Tuesday, 6 December 2016

The Undertaker Vinegar Syndrome Blu-ray Review

As part of the Vinegar Syndrome Black Friday secret releases, VS dropped the surprise release of "The Undertaker" one of the last films starring the cult legend that is Joe Spinell.
What is particularly interesting is that bootlegs and a Code Red DVD have been floating around, but this is the closest to a complete original cut of the movie, that seems to have never been released in this version. So is this a lost masterpiece of exploitation? Not quite, but it is still very interesting nevertheless and a must-own for fans of Spinell.
The films starts in the style of many other 80s efforts, with a woman stuck on the road with her car broken down, immediately this feels like comfortable terrain. A scene shortly afterwards has a teacher who looks the same age as her students trying to teach an anthropology lesson about "NECROPHI

LIA" she scrawls across the chalk board. So this seems to fit into "bad movie" terrain for sure, so popcorn at the ready for a fun slasher movie.
What comes after a slow and steady build up are some rather graphic moments of violence that are incredibly well done and quite startling.
However the cracks of an unfinished project do start to show, with plot strands and loose ends never really being tied up, especially once the investigation is introduced. What results is a film that is not quite gory enough to be a true gore classic, not quite bad enough to be a party movie, and not quite atmospheric enough to be a cult midnight movie. The end result is a curious and intermittently fascinating oddity of a film. One that I definitely enjoyed and was glad to watch, but will not revisit as often as others.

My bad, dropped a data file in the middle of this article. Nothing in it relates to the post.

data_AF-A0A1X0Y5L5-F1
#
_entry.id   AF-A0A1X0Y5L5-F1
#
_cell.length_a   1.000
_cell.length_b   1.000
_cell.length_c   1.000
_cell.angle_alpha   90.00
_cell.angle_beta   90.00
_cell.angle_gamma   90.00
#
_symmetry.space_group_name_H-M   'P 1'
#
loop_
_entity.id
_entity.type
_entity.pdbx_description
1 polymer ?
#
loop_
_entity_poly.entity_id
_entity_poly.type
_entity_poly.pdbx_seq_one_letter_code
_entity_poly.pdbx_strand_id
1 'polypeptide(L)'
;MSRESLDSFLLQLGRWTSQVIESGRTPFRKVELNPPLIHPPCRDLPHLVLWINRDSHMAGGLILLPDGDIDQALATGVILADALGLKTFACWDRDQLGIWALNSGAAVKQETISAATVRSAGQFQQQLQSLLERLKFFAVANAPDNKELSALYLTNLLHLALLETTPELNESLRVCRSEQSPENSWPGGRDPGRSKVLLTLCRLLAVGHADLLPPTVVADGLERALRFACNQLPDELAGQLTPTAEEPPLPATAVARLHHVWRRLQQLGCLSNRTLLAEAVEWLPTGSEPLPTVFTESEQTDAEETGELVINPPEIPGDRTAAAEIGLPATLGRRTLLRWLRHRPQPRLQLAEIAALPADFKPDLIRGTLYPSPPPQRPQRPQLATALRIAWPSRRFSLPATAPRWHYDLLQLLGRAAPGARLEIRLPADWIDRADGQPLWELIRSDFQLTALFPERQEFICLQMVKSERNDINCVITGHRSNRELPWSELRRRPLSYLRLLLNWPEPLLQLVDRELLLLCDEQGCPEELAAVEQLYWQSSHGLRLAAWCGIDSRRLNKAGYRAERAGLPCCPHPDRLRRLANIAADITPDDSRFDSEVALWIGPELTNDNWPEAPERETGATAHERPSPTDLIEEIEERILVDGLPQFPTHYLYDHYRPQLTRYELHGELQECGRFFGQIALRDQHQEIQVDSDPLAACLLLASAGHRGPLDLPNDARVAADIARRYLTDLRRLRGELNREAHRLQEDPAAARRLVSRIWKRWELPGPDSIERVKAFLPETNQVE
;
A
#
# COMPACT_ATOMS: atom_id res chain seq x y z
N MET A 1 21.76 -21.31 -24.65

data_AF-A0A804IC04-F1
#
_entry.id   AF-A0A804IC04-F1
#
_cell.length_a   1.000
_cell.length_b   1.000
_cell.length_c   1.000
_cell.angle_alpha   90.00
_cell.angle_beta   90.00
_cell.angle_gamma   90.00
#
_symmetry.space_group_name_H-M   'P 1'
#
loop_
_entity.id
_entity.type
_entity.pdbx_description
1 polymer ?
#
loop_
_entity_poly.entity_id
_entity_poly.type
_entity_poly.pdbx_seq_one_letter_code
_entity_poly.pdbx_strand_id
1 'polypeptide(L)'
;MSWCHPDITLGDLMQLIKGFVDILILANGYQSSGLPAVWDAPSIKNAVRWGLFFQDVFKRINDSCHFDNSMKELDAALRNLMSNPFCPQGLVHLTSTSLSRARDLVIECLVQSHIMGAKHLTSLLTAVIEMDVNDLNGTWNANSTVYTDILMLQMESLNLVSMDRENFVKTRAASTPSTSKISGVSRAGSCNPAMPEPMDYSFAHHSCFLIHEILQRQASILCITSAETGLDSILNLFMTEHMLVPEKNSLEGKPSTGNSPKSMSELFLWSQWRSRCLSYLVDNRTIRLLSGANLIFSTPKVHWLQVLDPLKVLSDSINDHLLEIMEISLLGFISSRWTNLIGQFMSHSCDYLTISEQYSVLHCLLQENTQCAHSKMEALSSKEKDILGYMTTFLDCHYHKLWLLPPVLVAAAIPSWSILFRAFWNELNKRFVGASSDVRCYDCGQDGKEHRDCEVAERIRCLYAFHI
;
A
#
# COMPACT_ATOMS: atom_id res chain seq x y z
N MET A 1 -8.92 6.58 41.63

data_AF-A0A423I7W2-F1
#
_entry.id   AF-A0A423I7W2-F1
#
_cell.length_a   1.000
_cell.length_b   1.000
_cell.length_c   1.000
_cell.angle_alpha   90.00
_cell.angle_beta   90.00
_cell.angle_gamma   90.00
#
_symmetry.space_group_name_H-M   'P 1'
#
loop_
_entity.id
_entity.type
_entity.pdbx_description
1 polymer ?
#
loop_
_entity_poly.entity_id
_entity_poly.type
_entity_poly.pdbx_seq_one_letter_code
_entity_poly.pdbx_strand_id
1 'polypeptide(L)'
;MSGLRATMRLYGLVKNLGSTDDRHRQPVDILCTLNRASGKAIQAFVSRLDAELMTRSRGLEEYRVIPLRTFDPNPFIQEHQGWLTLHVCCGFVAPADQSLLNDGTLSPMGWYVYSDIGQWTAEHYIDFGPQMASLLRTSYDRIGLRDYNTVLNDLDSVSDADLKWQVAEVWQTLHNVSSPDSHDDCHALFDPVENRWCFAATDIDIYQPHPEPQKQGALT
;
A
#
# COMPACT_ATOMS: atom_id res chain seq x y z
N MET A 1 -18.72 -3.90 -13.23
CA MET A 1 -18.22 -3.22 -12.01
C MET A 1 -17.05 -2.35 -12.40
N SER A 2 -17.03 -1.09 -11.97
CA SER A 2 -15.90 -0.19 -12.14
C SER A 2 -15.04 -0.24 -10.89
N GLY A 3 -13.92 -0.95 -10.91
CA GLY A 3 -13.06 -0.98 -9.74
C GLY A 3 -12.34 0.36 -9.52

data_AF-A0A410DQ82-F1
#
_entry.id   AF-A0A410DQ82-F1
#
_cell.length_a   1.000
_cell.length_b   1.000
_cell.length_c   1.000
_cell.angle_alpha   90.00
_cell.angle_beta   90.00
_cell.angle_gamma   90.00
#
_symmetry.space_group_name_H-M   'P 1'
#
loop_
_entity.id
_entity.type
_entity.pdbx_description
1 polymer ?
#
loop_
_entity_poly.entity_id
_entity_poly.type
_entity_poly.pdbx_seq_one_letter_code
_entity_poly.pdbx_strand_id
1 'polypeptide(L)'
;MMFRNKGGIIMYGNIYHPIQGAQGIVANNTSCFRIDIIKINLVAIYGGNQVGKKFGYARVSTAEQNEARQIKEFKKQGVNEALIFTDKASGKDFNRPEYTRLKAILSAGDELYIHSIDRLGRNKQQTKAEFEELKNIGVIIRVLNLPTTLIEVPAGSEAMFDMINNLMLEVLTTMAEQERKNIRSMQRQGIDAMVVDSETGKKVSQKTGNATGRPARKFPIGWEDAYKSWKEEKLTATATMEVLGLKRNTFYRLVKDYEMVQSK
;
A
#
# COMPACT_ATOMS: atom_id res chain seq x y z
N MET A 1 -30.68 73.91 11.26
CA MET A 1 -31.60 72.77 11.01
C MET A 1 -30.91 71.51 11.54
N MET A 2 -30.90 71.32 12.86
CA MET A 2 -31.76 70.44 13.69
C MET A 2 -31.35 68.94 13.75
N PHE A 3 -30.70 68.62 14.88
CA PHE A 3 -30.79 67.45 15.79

The biggest draw however is of course Joe Spinell. Although at times he sounds like Usual Suspects-era Benicio del Toro in his drawling voice; and he is clearly unwell/drunk or both in some scenes; he does have a lot of fun in this movie, a brilliant breaking of the fourth wall being a particularly unforgettable moment. Fans of Spinell need to see this movie for those moments alone. 
The VS package comes filled with a very good commentary track and interview; a rather pointless director's introduction (they either say too much or too little-this one says too little) and even has a booklet! Top this off with a limited edition coffin sleeve and you have got a production that tops the standards of the Criterion Collection (especially since they started using fold out pamphlets). So well done VS, you've made me very happy with the words "lost Joe Spinell has been found".

Wednesday, 4 May 2016

Dolemite: A Total...Experience

On the opening track of Rudy Ray Moore's 1970 album "Eat Out More Often", he sings about a character called Willie Green, and a "bad motherfucker" called Dolemite. From these humble (and hilarious) beginnings, the character of Dolemite was born. In 1974 Rudy decided to make the transition from stage to screen, and decided to gather friends together to make Dolemite. Rudy did not direct, but instead enlisted D'Urville Martin (who also played Willie Green) who had some mainstream experience acting in Guess Who's Coming to Dinner and Rosemary's Baby. However that Hollywood background is not particularly clear here-this is clearly the work of enthusiastic amateurs, but is all the more brilliant for it.